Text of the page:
The first words of the issue are “Where am I?” If I’d noticed that before, maybe I wouldn’t have been so confused. Red Robin is captured by what appears to be the Calculator (but maybe not) and the Riddler, before getting saved by old school Adam West-style Batman and Robin. It was crazy; I was thinking I must’ve skipped an issue.
It wasn’t until the sixth page when a single sentence of dialogue, which alluded to the circumstances of the previous issue, that the whole story came flooding back to me. It was like magic. This is why I prefer well done exposition and stand alone-ishy issues over the straight “here’s what happened” front page over at Marvel. Not to say these intros aren’t useful, but I feel it encourages writing for trade. Just my opinion. But seriously, I felt amazing when I remembered how this issue tied into the last one.
I should note that when Red Robin said the dialogue that refreshed my memory, he had also forgotten what happened last issue (remember those first lines in the book?) — the effect is that the protagonist and I are having roughly the same feeling at the same time. I doubt this was done on purpose, but bravo either way.
The issue takes place in a computer world, like an evil Matrix. Well, evil-er Matrix. So all the characters looked like however they wanted to look. Tam Fox revealed her insecurity in the face of all the super hero weirdness she’s been confronted with in this series — she looked like a baby. Once she got a little confidence she grew into an afro wearing 70’s “Foxy Lady.” She got made fun of for that form too.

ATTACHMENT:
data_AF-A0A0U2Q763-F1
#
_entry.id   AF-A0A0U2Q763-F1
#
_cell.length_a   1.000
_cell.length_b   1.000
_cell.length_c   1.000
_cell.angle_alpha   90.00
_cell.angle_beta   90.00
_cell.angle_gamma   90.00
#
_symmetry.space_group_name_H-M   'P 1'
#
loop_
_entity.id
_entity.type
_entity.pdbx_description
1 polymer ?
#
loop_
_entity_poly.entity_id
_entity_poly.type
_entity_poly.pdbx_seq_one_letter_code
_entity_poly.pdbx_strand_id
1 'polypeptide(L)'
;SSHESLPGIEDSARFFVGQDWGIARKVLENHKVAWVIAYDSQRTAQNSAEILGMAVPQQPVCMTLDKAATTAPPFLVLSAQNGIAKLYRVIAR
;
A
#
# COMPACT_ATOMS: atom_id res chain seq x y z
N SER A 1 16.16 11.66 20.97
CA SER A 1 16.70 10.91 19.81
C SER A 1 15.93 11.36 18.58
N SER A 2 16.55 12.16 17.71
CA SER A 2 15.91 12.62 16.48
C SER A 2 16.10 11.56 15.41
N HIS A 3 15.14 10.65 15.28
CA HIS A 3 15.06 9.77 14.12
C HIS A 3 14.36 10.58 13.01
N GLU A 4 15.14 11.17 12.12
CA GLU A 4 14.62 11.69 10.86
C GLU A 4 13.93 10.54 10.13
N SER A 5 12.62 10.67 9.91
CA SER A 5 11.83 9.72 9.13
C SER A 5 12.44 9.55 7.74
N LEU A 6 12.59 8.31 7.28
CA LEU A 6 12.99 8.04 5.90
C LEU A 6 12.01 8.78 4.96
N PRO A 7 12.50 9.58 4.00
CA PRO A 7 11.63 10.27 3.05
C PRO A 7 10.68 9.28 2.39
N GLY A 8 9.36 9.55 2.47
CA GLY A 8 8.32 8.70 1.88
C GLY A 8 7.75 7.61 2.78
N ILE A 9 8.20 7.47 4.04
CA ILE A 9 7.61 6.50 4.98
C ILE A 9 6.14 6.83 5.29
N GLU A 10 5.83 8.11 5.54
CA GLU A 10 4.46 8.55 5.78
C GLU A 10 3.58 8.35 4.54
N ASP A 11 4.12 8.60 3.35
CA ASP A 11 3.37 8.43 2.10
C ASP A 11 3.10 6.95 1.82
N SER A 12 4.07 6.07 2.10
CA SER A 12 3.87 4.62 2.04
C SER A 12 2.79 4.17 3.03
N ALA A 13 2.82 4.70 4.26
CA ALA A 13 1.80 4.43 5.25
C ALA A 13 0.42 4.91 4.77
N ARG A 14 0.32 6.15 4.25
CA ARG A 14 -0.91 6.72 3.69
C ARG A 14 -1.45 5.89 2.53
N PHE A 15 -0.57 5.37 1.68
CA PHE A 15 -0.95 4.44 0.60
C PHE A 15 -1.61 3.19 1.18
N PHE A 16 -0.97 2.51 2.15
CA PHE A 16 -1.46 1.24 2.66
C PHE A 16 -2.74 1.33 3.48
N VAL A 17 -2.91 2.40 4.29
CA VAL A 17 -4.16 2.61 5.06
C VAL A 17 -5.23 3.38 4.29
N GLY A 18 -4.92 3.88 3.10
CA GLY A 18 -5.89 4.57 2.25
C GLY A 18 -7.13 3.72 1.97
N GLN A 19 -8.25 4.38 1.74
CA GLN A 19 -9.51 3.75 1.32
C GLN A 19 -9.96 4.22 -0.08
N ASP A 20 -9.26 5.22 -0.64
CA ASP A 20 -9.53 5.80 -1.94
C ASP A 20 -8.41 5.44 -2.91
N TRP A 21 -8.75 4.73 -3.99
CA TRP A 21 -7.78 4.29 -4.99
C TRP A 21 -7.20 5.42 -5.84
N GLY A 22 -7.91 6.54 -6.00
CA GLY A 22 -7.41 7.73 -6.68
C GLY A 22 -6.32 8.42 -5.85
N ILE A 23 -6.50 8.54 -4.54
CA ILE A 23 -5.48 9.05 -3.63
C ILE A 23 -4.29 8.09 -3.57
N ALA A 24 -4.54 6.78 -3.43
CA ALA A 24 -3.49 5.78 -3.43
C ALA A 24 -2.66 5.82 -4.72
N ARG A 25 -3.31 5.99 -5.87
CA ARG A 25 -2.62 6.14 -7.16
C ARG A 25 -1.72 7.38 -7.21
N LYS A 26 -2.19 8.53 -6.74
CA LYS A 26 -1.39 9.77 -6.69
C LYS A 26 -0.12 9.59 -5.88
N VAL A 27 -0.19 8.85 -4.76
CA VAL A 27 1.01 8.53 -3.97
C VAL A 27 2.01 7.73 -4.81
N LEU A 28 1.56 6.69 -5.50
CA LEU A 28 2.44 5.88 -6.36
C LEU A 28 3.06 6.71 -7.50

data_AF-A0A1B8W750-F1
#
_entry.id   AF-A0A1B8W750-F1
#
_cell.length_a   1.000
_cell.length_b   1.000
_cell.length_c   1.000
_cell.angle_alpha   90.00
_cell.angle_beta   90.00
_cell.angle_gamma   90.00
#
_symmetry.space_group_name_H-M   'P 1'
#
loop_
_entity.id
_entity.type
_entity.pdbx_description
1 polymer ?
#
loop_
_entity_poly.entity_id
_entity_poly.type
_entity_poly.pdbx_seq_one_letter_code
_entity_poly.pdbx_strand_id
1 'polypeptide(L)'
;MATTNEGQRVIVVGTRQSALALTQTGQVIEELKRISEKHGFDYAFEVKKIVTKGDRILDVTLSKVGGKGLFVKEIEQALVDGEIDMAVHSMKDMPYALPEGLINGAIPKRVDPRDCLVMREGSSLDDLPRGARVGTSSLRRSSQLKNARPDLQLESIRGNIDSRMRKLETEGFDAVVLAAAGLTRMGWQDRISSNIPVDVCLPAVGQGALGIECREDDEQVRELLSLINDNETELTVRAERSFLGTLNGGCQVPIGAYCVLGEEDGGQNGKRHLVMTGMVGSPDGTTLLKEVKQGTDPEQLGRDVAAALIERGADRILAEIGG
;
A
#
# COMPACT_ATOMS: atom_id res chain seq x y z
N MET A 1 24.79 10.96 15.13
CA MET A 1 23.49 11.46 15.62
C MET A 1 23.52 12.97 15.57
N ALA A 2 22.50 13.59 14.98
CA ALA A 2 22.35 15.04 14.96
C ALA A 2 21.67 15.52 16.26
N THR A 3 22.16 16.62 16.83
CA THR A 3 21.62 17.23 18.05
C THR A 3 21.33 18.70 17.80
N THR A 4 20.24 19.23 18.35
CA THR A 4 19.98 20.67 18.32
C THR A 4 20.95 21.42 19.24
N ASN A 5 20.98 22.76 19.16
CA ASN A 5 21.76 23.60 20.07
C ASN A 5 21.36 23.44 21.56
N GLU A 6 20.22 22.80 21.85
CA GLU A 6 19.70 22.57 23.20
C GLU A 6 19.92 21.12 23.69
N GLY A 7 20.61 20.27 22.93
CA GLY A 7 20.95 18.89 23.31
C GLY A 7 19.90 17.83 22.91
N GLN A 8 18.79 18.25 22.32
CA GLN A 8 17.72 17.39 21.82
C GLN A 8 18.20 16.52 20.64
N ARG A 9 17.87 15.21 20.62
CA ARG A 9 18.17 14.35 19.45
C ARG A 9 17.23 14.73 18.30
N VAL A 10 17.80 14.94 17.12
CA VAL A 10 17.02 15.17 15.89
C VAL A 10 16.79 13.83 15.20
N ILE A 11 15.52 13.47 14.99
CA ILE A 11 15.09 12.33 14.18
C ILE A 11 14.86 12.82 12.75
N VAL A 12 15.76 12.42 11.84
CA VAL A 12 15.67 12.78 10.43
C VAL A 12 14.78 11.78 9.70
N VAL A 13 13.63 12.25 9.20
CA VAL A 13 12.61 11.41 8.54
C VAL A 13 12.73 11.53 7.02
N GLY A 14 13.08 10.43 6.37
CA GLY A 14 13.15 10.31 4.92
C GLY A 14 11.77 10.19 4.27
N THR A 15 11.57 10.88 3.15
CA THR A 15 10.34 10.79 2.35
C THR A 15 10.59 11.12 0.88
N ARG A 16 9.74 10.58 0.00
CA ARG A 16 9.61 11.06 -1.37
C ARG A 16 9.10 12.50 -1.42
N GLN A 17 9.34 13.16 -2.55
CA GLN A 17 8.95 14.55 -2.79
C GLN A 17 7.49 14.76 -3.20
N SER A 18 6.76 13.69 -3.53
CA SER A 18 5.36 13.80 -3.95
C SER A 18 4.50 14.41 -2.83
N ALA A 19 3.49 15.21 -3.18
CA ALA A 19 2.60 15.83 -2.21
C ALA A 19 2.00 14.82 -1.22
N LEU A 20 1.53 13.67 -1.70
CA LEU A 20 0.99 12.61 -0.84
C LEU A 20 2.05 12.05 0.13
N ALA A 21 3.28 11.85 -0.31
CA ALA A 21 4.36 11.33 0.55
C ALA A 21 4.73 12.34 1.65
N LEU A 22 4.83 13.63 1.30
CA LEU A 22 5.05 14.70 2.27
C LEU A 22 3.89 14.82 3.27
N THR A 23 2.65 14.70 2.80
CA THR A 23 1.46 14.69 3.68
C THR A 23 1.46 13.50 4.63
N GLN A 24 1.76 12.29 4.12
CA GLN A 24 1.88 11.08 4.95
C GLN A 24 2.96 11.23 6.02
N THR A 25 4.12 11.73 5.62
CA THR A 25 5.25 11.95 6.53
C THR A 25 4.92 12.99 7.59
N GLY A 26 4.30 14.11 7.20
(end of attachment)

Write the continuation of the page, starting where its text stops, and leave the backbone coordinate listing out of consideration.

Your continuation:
Red Robin, interestingly enough, had a different look too. While it’s been theorized that the dark cowl and attitude of “Red Robin” was a mantle assumed as a form of self-flagellation in the face of the deaths of all his loved ones (and I’m talking about EVERYONE). But now that Batman, Superboy, Kid Flash, and Stephanie Brown are ALL back — well Tim Drake is in a much nicer place. He’s still a little on the outside of things, but now it’s more a case of him being an adult, stretching his wings. Reflecting that, his costume in this book is definitely a combination of his Robin suit with Nightwing’s look. I love it — I officially vote for this to be Tim’s new look.
They covered a lot of ground in this one issue, but the implications of the computer world, its origins and implications- Nicieza has opened a can of worms that holds the potential for a lot of good stories in the future. That creates a kind of potential energy and excitement for me, whether or not Nicieza returns to the concepts here.
One other thing — lately I’ve been thinking about the idea of acting with zero consequences. The questions of “what would you do if you could get away with anything? And and what does that say about you?” Tim is faced by a computer image of his father’s killer, in what boils down to a very detailed game of Halo, and he doesn’t kill him. “Here, like in the real world… that would be too easy…”
Tim, even thinking of that at all, really endears him to me. Man, what a great guy. True, he is fictional. – Isaac Mills